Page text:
I decided this won't be forever. If anything I ever wrote here mattered, persistence now will be required to find out its value. A mere three posts a year show that I didn't persist very well. For today, though, I've had the courage to try again.

I'll try again tomorrow, too.

Monday, June 29, 2020

Is It Worth Telling the Average Story?

Does anyone care to read a story about someone who decides to live a mostly normal life? Would you sit through a movie about a person who had big dreams, but ultimately life squeezed it out of them and they just went along with a dull day-to-day routine? I mean, maybe if the routine started at the very end of the movie, you might watch it. But what if most of the movie was about the uneventful life?

I wonder about this because stories are supposed to be relatable. And what's more relatable than being normal? But for some reason we prefer to hear about the special cases. The ending better stand out or it wasn't worth our time.

And this also makes me think about the vast majority of us who don't have an amazing "dream came true" story to tell. See, for the "dream come true" story to be special, it pretty much means most of us don't have one.

So if we take all those people without such a story, I wonder how many had big dreams that didn't come true? How would we know, since people don't care to hear those stories? 

Do most people with average stories just not have big dreams? Or do they just learn to accept reality? Or are a lot of those people privately pretty bummed about the whole thing?

I was thinking about this because of a recent project I didn't complete. Back in December I put a lot of work into an updated Teaching Like an Artist Journal. In my usual way, I was super excited about it. I was actually getting close to finishing it. I planned to do the final touches after a big conference in March. But that's when schools closed and I got crazy busy helping everyone teach online. 

I returned to the project a couple times, at least in my mind. But teaching seemed so different. I started questioning the value of what I had written. I eventually lost steam and haven't done anything else with it for almost four months now.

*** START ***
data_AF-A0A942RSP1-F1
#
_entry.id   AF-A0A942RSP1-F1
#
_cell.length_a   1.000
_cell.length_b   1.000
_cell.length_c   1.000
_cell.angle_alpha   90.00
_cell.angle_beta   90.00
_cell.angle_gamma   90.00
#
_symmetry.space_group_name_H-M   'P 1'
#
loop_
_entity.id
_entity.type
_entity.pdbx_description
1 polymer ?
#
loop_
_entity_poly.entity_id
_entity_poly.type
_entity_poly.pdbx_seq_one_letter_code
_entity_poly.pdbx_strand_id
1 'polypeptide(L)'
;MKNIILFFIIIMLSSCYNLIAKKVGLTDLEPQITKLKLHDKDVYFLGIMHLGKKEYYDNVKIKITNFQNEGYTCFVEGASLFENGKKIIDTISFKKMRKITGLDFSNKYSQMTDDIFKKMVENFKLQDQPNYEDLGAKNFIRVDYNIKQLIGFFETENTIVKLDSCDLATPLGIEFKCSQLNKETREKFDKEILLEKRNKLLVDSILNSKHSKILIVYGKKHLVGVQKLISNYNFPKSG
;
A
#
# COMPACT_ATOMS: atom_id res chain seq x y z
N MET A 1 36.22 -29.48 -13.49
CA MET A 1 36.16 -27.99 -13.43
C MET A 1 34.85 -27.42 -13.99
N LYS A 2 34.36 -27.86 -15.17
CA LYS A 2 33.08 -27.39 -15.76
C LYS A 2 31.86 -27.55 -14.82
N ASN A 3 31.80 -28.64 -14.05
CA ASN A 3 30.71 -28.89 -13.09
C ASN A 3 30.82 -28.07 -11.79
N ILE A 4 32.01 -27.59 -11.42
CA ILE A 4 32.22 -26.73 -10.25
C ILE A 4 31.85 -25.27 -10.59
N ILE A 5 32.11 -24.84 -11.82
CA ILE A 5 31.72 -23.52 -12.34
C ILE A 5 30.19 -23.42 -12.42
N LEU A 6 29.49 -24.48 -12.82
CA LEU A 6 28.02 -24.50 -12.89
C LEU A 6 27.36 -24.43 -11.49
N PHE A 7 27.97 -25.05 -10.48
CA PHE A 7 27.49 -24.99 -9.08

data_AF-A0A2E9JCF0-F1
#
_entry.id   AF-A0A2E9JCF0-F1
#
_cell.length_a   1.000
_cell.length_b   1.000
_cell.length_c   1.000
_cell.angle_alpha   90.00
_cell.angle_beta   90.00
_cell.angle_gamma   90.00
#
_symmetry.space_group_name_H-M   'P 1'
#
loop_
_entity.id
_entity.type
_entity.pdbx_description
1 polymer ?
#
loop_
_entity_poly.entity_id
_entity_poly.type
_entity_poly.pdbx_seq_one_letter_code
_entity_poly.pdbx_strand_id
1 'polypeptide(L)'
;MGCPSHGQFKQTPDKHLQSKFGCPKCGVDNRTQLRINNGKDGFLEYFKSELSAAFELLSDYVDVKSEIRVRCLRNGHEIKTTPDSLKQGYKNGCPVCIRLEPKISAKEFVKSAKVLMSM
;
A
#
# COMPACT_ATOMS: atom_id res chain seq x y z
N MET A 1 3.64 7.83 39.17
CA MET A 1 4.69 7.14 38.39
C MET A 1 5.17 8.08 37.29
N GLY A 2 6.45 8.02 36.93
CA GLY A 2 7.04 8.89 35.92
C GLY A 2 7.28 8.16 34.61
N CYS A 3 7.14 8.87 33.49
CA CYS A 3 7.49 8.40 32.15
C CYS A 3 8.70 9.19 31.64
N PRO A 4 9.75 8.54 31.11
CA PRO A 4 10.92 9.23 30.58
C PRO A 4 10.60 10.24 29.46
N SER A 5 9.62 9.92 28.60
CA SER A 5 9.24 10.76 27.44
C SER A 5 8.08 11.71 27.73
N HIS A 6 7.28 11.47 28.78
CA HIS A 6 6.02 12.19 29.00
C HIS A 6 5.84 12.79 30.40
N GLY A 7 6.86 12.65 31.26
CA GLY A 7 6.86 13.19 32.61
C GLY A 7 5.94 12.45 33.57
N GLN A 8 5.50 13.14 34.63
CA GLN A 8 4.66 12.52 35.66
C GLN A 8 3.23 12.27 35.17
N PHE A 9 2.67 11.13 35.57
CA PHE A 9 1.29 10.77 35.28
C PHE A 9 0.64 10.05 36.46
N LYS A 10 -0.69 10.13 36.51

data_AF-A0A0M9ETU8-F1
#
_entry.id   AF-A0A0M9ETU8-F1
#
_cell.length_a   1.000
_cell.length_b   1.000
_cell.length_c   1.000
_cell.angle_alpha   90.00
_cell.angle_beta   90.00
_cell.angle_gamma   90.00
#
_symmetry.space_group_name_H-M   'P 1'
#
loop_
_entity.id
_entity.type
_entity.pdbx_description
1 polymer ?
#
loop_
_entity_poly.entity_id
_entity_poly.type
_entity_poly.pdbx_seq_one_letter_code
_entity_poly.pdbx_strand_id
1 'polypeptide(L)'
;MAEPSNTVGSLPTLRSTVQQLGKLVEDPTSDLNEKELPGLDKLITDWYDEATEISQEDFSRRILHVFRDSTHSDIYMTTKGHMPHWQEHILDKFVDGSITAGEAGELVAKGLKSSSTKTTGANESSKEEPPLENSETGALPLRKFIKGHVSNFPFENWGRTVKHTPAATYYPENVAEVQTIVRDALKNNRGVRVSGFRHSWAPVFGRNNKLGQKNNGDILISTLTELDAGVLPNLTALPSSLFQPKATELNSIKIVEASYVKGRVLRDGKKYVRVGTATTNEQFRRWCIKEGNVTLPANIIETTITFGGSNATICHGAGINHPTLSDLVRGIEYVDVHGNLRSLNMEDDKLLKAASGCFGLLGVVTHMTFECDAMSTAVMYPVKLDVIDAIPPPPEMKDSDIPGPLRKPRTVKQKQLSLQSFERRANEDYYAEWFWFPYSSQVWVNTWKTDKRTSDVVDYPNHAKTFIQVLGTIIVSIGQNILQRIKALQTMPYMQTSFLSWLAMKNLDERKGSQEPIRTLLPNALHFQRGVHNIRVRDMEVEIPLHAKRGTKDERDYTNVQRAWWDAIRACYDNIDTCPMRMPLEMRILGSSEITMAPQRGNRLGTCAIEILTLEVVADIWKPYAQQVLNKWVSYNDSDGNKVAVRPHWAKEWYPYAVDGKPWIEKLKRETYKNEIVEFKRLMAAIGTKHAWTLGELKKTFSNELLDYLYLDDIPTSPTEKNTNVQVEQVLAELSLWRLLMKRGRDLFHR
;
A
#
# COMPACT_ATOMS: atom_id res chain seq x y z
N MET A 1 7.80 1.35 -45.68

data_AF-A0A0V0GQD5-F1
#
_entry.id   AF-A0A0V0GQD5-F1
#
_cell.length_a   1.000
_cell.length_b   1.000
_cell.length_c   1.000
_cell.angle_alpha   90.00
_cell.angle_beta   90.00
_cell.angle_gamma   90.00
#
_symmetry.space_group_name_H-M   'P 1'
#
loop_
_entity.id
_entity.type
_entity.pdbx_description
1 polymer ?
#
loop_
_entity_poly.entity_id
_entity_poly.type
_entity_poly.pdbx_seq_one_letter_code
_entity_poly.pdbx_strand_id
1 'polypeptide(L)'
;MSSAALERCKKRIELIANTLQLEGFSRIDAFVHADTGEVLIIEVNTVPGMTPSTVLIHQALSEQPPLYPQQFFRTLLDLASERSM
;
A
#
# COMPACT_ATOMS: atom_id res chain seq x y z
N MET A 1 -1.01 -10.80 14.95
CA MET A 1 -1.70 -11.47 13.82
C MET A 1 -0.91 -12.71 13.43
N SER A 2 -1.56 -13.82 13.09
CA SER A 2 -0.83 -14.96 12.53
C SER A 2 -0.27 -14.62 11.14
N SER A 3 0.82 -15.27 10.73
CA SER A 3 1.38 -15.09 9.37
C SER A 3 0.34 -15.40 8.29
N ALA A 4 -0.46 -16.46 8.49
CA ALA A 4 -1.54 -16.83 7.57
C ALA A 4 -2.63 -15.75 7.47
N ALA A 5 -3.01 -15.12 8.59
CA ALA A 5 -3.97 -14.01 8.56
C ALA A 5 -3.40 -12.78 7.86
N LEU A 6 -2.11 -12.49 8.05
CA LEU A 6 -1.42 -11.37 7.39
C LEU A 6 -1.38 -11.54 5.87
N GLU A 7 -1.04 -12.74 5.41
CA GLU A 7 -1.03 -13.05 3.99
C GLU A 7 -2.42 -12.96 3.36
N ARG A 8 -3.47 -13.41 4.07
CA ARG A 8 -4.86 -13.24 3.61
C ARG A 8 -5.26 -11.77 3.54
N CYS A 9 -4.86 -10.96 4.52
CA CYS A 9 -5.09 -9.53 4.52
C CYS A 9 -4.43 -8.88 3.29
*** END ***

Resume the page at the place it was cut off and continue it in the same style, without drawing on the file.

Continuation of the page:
I read the introduction that I had written for the new edition and it took on new meaning, considering I didn't finish the book. Here's what I wrote:

There are times the artist considers throwing out the work. You might feel that way as you reflect on the questions [in this journal guide]. I know I did as I wrote them. But if you are reading them now, it means I didn’t give up. And maybe my small example (with the help of a little backstory) can be encouragement you need. 

So the finished book would have been a sign I didn't give up. But I didn't finish the book. Like a million other unfinished projects we could all tell about, I let it sit. Does it mean anything? Not much, if average stories aren't worth much.

As I reflect on this, here's my conclusion for now: We are pulled along by the happy (and special) endings we hear about because we hope our own stories are not yet finished.

I'll try to get back to that journal.

Wednesday, June 17, 2020

8 Lessons From the Pros - Master Class Takeaways for Teachers

Last year for Fathers Day I asked my kids for an all access pass to Master Class. You've probably seen the ads for the service. In it's many classes, experts in several areas tell you the secrets of their success. From writers to directors to performers, I was intrigued by so many different topics I had to just get them all.

So I watched several over the past year. I didn't take any careful notes, but it wasn't hard to notice patterns emerging across all the domains. I focused a lot on writing and film making. I sampled a number of music and performance lessons too, but I didn't complete any of those classes. I watched most lessons quickly, usually at 1.5 speed. It's not a great way to learn the details, but it helped me distill the ideas I'll share here.

While these lessons have helped me explore creative pursuits as a hobby, I'm intrigued by how they'll help me be a better learner and educator. For each takeaway below, I included at least one Teaching Like an Artist question for reflection.

Takeaway 1:  There is not a single process that leads to success, but there are principles.

Time and time again the experts, regardless of the field, would argue there's no one way to succeed. They'd describe their creative process, then make it clear that's just what worked for them. When they worked, how they got ideas, how they planned--all those things could change.

But through their lessons and stories, common principles for creative work did show through. Of course, the most principles that emerged are the things I'm listing here.

Teaching Like an Artist:  What essential principles do you follow to ensure you're doing your best work as a teacher?

Takeaway 2:  Find the passion.

Some instructors stated this explicitly. For others it just came out in their lessons. We have to find that thing we are passionate about. When it connects with our hearts, we find the energy to persist. You'll see throughout many other items on the list below, success is standing up again when others would have stayed down.